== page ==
Sponsors And Syndications: What You Need To Know
Capital call. That was the subject line in a recent email hitting my inbox. The email was sent from the sponsor on a syndication I am invested in. The sponsor on a syndication is the person or group that is managing the investment. Another apartment syndication is in trouble and this sponsor is calling on the investors to throw more money at the project. This is the second one of these I have received in the last six months. The current interest rate environment is killing commercial syndications. Between the higher debt costs and the interest rate insurance, it is getting tougher and tougher to keep these projects successful. The good news is, I believe I have chosen great sponsors to invest with and I am being kept up to date with the struggles and the plan to get through this challenging time. I have a high level of confidence these projects will be successful. That is not the case for other passive investors that I know.
As we work our way through the changing economy, more projects will struggle so I would expect to see more commercial opportunities. Savvy syndicators will be back in the game buying properties at Black Friday prices. Banks should start lending again and sponsor groups will be looking for cash to do their deals. You just might be the perfect investor to help them, so keep an eye out for passive investment opportunities. This will be a great time to consider some of these passive investments but just because a deal looks great, does not mean it is a safe investment for your portfolio. The best deals often fall apart simply because of how they are managed.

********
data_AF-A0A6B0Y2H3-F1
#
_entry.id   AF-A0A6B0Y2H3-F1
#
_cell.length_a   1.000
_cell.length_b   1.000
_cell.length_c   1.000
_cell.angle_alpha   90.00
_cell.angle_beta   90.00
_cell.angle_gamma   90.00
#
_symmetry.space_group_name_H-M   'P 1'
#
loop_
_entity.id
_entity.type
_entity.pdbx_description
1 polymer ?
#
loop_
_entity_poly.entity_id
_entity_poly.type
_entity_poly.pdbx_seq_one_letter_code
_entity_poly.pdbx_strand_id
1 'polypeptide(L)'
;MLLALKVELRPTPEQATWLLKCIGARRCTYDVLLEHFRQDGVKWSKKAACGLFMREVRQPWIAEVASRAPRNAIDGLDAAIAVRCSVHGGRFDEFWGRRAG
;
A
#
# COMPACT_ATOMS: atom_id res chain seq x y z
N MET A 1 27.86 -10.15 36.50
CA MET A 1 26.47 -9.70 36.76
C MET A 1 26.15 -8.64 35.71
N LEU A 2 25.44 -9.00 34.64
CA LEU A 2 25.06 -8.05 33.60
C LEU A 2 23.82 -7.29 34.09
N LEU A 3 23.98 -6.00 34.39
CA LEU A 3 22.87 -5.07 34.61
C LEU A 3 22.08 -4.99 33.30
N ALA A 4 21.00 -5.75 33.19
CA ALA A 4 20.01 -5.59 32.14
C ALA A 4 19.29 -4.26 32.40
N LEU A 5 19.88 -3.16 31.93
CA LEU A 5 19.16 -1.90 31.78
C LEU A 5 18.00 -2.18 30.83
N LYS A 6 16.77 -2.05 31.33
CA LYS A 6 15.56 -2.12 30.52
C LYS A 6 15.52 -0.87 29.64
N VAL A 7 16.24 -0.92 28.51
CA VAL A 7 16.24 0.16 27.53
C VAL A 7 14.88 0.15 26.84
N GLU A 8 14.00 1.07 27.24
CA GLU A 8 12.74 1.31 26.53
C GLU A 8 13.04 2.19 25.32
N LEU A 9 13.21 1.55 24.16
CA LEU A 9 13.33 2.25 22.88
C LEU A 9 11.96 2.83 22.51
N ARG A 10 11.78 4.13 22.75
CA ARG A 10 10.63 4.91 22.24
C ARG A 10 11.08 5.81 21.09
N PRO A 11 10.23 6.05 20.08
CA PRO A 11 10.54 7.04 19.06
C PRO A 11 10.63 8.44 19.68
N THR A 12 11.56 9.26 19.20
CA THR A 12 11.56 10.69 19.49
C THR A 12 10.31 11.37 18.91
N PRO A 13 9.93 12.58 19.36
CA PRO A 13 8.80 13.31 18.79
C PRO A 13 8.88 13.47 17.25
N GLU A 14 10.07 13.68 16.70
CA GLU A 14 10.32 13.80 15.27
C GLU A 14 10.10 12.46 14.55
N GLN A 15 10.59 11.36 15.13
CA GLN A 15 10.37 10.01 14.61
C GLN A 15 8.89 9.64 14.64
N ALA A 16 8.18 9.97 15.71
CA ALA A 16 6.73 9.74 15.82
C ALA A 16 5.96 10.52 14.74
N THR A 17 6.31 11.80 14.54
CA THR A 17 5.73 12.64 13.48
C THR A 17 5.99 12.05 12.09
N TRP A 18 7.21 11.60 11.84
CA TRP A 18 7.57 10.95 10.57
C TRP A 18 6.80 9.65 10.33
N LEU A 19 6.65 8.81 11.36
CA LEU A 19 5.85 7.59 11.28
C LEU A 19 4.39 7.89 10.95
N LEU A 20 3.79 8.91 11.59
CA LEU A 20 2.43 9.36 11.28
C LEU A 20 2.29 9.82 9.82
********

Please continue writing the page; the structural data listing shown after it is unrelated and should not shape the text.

Obviously, you will want to do your best to invest in viable projects. This will include looking at the projections to be sure there will be profit and then challenging those numbers. You will verify the numbers in the proforma to include rent amounts, taxes, rising insurance costs, and all the other expenses. I find that maintenance and vacancy projections are often underestimated. If there is any repurposing or conversions in the plan, you may want to check for viability. Is it zoned correctly or will the city allow a different use? Often you can get all this information in a feasibility study which I highly recommend any time there is a conversion in the plan. You will probably want to see any other diligence reports that the sponsor has which could include environmental reports, soil testing, and an appraisal. Some passive investors want to see the asset so if that is you, make a plan with the sponsor to tour the target property.